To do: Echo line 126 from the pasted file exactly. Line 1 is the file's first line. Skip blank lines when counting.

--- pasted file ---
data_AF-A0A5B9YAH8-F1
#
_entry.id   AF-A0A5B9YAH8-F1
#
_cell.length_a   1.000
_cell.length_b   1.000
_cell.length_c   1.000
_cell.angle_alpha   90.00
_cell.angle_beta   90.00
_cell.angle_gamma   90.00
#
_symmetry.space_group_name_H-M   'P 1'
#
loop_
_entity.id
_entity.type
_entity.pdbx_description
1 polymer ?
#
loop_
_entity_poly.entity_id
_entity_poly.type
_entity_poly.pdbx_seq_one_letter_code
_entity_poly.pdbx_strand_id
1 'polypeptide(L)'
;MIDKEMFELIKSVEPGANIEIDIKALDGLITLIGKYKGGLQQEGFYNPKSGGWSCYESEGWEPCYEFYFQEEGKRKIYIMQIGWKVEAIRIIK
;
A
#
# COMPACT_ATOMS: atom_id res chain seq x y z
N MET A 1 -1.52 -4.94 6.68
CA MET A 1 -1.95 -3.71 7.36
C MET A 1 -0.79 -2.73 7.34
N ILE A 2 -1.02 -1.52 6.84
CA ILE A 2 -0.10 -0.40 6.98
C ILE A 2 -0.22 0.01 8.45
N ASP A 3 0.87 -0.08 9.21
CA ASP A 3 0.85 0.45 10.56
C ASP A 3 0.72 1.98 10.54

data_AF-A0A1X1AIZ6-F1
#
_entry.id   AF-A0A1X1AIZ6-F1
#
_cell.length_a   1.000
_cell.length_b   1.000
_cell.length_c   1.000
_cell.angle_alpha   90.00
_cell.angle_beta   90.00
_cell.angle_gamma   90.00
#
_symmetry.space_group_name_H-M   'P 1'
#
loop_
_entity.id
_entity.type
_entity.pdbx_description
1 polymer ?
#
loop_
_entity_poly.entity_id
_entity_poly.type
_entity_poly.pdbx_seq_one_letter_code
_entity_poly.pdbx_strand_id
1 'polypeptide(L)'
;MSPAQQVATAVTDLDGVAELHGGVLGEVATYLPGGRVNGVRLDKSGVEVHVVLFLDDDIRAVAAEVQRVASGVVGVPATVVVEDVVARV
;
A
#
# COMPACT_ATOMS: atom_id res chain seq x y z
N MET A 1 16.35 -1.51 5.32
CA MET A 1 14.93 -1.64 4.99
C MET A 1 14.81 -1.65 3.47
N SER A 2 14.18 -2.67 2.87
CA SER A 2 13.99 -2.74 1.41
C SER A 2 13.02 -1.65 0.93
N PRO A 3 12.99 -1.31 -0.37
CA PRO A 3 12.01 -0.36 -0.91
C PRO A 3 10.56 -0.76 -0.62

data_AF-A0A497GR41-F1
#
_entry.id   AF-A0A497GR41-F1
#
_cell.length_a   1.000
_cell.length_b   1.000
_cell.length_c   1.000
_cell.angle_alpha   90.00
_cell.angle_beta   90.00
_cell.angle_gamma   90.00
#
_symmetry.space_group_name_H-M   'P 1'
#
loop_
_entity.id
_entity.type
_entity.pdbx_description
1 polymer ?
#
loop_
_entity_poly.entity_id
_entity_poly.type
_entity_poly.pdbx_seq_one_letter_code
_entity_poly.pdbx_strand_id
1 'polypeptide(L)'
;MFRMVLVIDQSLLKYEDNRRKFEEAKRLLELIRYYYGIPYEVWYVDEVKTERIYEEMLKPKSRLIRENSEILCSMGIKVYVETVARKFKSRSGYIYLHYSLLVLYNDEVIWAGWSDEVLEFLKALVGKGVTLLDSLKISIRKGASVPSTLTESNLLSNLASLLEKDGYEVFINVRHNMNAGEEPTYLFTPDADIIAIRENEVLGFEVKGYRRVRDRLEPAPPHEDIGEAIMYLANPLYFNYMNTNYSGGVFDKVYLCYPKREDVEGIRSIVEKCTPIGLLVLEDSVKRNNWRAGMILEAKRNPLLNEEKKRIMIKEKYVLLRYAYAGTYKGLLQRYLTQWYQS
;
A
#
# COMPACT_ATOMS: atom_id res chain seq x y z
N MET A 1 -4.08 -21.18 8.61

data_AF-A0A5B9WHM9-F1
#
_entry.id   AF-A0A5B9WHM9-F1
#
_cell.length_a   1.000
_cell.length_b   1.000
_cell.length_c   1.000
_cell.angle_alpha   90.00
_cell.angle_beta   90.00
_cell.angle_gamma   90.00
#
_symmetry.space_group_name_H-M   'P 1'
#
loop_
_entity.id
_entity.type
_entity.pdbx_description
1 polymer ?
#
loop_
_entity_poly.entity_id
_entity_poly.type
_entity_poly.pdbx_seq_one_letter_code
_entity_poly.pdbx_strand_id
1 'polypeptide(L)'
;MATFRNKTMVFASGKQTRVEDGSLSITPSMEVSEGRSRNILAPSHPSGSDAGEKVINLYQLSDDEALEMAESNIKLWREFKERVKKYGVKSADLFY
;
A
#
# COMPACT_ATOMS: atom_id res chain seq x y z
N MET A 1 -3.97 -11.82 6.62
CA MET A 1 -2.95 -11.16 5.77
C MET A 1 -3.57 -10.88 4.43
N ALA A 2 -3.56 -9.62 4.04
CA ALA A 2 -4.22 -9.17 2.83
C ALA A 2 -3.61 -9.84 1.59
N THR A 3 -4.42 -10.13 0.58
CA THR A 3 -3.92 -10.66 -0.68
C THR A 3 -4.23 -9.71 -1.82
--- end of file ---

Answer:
_entity.pdbx_description